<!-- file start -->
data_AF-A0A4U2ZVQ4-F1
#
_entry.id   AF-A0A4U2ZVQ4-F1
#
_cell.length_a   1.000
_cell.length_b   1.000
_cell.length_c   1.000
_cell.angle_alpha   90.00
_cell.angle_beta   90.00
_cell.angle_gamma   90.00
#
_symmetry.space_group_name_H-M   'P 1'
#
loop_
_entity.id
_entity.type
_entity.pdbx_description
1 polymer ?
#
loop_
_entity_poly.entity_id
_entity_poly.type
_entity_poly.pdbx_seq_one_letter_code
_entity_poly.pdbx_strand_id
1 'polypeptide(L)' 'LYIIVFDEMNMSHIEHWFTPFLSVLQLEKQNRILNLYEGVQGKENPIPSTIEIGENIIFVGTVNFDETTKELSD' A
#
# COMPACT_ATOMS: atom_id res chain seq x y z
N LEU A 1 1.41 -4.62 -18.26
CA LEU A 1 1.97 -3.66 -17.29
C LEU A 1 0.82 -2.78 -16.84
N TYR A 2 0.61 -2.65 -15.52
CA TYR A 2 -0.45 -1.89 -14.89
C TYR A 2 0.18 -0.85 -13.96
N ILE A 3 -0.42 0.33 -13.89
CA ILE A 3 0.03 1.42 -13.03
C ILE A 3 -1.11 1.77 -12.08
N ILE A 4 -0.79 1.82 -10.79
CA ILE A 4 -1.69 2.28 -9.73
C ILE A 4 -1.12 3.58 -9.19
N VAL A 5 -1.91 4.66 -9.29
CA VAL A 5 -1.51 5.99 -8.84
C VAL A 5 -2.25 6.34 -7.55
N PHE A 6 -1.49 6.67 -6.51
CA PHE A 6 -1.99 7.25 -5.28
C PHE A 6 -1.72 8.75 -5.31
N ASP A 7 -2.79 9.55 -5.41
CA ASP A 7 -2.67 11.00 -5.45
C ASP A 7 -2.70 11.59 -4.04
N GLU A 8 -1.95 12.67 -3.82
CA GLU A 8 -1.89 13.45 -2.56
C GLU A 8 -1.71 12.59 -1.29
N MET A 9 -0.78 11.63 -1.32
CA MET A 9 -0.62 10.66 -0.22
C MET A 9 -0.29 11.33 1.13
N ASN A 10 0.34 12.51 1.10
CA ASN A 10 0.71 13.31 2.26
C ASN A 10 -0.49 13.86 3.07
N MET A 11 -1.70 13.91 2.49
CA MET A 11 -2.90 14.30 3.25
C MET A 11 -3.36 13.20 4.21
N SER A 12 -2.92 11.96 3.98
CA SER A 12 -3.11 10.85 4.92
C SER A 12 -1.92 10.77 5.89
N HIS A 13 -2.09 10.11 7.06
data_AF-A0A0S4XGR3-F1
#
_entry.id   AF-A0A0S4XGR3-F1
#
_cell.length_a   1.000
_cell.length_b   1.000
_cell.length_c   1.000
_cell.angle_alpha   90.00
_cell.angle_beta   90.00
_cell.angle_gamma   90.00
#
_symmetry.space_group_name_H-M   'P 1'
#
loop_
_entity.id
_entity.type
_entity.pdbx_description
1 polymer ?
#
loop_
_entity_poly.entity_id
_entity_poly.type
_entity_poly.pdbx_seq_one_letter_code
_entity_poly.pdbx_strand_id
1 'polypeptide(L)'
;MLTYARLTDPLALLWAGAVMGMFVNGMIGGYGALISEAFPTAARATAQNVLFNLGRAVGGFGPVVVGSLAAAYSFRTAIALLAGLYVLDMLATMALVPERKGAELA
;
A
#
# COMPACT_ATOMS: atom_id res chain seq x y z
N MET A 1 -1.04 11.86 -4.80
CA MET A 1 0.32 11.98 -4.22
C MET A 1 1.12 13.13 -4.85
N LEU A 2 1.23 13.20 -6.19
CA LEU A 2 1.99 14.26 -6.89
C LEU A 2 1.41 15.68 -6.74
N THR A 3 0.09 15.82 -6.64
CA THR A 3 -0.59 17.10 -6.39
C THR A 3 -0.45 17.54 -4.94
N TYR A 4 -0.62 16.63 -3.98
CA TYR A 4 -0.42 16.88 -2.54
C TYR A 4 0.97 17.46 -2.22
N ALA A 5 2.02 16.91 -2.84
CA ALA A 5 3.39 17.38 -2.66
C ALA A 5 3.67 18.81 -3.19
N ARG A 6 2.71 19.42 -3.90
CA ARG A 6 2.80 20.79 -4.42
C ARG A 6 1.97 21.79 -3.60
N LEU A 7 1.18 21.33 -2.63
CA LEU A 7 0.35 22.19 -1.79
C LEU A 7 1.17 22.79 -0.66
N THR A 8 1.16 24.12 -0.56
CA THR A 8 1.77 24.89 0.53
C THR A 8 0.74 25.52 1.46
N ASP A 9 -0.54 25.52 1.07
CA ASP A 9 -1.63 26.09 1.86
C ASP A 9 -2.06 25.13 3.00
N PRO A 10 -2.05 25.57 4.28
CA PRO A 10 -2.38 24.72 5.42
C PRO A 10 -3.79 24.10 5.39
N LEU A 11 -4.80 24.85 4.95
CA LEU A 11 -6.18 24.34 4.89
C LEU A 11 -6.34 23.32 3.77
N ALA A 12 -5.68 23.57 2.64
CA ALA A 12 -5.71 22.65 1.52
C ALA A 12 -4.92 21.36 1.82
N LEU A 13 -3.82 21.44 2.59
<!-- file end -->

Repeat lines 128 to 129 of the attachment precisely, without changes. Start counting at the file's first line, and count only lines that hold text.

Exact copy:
N ALA A 12 -5.68 23.57 2.64
CA ALA A 12 -5.71 22.65 1.52